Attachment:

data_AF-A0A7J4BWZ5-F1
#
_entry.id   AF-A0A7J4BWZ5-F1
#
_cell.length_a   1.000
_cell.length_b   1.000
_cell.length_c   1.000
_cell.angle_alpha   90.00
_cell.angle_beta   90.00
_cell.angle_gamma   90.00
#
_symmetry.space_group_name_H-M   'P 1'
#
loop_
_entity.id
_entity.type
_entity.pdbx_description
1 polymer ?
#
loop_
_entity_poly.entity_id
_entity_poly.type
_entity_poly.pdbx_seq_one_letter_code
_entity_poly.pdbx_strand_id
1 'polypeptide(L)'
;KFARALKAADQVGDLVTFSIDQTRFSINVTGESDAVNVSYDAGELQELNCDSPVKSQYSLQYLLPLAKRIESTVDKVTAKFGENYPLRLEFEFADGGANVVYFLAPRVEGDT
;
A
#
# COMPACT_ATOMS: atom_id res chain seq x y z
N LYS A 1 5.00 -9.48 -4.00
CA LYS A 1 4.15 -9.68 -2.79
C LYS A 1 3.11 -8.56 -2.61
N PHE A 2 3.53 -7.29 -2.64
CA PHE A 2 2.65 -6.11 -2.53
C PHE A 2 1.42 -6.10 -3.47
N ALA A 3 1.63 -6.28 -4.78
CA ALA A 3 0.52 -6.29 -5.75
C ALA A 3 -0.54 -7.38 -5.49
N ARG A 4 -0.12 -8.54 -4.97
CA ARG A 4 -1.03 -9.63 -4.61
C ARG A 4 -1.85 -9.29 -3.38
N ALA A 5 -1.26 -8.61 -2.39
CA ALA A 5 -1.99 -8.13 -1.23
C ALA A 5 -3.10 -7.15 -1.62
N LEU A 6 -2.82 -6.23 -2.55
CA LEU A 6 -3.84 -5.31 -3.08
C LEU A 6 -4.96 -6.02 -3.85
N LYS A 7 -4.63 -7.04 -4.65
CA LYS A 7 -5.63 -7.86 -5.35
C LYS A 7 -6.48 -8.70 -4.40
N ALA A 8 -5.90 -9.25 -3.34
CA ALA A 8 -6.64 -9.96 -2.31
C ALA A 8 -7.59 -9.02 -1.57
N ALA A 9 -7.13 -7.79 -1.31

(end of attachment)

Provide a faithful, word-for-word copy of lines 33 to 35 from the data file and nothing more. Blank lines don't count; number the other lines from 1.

C LYS A 1 3.11 -8.56 -2.61
N PHE A 2 3.53 -7.29 -2.64
CA PHE A 2 2.65 -6.11 -2.53